Designs Inspired by African Culture and Nature
Pius Sawa Murefu
Kampala, Uganda – Oct 2007
A Ugandan student of fashion and design has come up with a unique approach to creating outfits.
Adio Irine Mildred Opio is just in her first year at Tina International School of Beauty in Kampala however, she thinks she has learnt enough to be able to transform the fashion industry in the country. She Hails from the West Nile region of Uganda, an area that is still comparatively underdeveloped as a result of being cut off from other regions due to twenty years of armed conflict in Northern Uganda.
Code named “Revolution Outfit”, Adio is showcasing her brand of design by creating clothes incorporating leaves, skins, hides, sisal and locally manufactured fabrics.
“It is high time we got back to where we came from,” she says. Her first target is to show the younger generation what their ancestors used to wear. Secondly she wants to cut down on the costs of wedding materials and other fashion related items. “Instead of people spending millions of shillings hiring wedding gowns from Kampala (capital City of Uganda) we can utilise local materials and skills thereby achieving savings that can be invested elsewhere.”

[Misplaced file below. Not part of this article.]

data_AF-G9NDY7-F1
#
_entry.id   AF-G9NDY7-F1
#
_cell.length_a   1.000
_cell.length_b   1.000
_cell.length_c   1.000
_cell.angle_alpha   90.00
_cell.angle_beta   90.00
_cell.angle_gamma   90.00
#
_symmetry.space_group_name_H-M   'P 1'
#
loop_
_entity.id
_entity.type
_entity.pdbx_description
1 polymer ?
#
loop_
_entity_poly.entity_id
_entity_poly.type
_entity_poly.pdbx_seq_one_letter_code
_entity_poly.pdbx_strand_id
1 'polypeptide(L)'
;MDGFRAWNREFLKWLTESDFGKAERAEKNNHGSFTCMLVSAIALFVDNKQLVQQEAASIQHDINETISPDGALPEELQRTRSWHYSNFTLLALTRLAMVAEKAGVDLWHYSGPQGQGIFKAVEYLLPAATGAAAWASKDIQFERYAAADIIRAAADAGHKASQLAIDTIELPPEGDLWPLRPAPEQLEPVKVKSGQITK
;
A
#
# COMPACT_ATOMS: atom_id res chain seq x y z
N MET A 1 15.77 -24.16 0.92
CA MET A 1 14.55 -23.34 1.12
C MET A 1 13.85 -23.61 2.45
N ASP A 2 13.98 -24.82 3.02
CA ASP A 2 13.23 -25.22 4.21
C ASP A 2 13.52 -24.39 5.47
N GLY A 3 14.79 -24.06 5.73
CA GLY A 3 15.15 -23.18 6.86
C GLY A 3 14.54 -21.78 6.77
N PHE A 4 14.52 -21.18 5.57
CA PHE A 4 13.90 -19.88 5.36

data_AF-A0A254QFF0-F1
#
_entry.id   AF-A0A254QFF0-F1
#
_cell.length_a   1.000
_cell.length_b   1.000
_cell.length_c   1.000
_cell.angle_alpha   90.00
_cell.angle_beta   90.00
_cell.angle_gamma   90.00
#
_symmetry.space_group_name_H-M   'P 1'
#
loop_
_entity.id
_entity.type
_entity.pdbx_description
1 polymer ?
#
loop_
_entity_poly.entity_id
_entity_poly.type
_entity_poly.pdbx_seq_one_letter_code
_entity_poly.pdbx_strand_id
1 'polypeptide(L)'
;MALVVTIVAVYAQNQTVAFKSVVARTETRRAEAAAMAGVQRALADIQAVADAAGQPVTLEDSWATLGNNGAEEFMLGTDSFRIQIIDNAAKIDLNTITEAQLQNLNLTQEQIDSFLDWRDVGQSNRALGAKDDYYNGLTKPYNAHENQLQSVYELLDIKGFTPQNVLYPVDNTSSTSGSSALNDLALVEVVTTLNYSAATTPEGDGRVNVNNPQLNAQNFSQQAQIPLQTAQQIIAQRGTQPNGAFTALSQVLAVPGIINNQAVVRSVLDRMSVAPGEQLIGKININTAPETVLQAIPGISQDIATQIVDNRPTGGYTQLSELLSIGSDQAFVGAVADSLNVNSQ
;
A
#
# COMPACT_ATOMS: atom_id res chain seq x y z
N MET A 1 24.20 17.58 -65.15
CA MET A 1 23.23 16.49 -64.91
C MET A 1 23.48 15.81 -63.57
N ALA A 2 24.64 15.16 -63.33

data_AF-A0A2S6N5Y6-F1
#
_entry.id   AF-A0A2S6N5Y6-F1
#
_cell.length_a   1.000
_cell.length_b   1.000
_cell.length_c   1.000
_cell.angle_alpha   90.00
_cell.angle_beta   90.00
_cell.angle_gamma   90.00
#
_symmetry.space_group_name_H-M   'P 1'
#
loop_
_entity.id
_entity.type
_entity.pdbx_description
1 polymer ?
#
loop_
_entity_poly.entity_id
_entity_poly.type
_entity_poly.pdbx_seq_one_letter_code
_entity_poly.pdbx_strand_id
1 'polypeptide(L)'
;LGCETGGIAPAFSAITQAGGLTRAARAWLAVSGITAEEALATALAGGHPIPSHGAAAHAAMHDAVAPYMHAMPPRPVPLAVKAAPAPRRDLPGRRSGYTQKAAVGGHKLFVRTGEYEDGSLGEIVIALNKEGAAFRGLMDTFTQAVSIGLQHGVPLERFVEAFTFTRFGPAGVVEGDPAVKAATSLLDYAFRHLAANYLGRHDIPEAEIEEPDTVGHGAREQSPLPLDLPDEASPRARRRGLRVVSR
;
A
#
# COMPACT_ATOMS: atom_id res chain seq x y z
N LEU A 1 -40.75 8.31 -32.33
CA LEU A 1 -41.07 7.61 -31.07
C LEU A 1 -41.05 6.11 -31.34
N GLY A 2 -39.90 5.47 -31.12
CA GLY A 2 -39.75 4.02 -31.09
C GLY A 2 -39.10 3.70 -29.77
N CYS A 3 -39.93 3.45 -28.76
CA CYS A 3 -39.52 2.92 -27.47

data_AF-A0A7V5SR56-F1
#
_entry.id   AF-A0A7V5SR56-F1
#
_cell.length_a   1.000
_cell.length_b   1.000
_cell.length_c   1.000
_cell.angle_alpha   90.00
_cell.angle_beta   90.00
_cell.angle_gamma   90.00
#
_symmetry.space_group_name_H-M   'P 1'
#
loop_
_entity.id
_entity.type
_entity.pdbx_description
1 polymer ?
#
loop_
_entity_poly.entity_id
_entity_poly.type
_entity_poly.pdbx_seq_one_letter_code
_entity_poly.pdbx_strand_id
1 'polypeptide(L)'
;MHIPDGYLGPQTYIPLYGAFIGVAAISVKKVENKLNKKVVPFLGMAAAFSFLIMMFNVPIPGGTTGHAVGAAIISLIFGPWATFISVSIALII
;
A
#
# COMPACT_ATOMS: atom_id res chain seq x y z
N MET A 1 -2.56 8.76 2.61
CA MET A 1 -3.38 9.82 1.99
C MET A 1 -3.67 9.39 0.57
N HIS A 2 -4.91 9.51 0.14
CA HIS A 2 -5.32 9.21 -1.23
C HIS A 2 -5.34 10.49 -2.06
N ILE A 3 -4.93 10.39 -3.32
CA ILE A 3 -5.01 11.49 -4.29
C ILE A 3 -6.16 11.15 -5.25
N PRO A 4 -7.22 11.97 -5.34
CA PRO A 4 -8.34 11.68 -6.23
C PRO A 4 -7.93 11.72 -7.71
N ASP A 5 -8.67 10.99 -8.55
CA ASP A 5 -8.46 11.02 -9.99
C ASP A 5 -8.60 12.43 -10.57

She says many people in her locallity have heard about fashion shows and modelling but they have never seen these things taking place in real life. At the end of August this year Adio organised the first fashion show of its kind in Arua town, the capital of West Nile region.
She showcased her talent and dream of promoting traditional wear by presenting designs incorporating leaves, skins, sisal and Mufunga; a locally made attire used by the Alur and Lugbara ethnic groups. In order to keep things dignified Adio made sure that her models did not expose any sensitive body parts. The aim of this was to underscore traditional values about appropriate ways of deportment.
“A well dressed person will be viewed in a positive light, but an inappropriately dressed person will be remembered for all the wrong reasons. I am trying to balance morality and culture through my revolution,” she says.
Adio is proprietor of ‘Classic Boutique’ situated at the heart of Arua town from where she is realizing her dreams. Her income is not much but she believes money is just a component towards achieving one’s ambitions. She advices that modelling is not a waste of time or money, but a career like any other that should be encouraged. Being a former model, Adio is up in arms to challenge those who ape Western fashions and modelling practices which she says do not represent our culture.